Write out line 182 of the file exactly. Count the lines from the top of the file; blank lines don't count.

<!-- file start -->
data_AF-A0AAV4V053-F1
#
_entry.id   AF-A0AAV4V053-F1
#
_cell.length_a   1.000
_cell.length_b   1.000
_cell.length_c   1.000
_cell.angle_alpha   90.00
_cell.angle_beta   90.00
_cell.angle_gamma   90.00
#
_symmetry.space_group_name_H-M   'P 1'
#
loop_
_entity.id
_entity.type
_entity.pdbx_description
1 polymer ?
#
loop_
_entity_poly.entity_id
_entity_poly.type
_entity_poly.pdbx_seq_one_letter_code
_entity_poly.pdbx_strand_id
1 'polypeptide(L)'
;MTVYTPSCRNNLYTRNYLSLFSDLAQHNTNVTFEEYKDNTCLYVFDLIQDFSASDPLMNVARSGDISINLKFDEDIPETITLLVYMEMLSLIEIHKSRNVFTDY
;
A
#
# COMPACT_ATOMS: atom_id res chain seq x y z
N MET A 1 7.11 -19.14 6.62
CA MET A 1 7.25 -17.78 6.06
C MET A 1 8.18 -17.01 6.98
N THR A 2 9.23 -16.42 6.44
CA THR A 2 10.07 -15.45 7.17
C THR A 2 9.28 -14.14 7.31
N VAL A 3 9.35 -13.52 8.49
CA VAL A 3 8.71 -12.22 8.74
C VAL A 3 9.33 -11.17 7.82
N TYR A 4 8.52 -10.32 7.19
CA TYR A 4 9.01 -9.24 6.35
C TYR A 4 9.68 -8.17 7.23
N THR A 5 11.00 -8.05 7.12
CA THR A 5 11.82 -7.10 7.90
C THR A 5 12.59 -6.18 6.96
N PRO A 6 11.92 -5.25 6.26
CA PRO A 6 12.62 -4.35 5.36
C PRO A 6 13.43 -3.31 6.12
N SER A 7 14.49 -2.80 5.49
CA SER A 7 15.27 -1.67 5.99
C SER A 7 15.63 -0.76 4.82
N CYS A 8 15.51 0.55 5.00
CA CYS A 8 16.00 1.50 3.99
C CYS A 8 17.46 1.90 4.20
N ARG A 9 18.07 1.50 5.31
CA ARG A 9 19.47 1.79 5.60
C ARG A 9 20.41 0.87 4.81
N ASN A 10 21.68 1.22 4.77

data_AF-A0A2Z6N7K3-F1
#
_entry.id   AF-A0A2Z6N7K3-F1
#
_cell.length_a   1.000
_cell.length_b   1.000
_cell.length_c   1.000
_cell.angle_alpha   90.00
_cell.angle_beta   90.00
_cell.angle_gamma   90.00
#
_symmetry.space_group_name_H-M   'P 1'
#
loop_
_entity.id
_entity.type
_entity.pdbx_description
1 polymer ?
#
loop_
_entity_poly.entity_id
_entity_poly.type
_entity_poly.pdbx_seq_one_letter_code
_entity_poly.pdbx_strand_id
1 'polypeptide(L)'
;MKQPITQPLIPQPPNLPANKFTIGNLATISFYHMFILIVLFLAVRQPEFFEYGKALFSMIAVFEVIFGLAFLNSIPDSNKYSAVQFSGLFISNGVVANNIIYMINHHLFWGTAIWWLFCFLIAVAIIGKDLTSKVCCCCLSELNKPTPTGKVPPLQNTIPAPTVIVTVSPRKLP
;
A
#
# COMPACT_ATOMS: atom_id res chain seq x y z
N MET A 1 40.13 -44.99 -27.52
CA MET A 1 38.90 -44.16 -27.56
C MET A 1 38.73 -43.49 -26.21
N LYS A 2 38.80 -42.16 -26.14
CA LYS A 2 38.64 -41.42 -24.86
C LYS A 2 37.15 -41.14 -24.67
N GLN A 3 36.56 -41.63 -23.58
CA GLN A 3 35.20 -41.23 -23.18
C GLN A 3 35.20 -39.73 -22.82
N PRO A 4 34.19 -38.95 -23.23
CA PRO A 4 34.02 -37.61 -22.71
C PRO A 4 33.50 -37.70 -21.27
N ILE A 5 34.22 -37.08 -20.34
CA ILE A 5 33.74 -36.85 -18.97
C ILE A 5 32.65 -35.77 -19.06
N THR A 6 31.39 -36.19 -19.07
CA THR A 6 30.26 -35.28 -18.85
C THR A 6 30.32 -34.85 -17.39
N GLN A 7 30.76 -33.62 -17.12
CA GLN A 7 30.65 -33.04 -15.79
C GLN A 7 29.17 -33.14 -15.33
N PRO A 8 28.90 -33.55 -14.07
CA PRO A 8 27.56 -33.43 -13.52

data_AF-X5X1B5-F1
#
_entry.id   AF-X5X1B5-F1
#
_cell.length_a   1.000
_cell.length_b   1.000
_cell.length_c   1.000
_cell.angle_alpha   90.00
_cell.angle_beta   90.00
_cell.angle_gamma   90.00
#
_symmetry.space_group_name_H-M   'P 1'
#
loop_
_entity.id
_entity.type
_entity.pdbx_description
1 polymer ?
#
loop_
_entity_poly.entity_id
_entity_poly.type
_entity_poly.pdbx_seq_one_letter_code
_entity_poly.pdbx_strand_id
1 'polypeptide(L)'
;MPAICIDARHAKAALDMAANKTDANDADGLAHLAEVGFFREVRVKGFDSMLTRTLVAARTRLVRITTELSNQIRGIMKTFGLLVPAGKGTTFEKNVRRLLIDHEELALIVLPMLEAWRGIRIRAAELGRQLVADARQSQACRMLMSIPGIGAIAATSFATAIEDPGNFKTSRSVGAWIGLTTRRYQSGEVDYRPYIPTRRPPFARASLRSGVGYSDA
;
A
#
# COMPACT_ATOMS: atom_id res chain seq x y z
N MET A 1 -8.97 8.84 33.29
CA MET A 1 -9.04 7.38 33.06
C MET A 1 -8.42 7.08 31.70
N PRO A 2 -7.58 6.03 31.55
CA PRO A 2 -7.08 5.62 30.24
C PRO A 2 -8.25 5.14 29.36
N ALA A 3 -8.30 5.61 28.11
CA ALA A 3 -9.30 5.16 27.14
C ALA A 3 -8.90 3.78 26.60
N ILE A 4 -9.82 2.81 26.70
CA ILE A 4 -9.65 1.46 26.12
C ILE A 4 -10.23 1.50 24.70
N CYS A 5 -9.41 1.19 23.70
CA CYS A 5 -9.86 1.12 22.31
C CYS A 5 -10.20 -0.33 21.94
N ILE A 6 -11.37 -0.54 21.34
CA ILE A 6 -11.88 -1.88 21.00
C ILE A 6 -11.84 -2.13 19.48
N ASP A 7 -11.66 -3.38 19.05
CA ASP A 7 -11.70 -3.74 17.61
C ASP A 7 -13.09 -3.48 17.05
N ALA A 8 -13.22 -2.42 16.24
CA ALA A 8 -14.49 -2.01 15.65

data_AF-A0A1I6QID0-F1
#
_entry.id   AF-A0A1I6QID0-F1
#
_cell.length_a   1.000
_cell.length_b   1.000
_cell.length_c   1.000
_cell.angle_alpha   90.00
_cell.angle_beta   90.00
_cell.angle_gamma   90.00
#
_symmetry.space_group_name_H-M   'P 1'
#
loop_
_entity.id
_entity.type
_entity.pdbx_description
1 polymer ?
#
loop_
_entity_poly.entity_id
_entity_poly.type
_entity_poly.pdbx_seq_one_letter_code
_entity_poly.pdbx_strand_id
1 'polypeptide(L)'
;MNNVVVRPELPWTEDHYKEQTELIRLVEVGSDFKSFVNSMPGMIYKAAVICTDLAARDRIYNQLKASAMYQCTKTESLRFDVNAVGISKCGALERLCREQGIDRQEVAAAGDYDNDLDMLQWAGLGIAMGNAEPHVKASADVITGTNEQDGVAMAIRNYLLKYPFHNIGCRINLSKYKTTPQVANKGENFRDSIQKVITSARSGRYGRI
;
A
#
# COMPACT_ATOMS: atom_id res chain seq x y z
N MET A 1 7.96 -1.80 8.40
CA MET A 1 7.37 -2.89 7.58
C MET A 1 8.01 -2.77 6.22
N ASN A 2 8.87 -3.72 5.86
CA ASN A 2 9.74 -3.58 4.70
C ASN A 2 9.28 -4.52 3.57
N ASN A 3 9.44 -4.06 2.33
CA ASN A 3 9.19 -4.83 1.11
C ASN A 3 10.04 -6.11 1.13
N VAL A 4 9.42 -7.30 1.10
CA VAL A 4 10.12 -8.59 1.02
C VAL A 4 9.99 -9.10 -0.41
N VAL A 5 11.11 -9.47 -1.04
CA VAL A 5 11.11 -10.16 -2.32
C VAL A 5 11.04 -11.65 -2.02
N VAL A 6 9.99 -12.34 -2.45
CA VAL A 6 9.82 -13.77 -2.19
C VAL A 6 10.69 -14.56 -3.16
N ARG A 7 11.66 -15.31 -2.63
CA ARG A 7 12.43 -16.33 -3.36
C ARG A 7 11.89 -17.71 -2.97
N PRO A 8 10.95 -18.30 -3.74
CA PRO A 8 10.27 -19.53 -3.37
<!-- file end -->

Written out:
1 polymer ?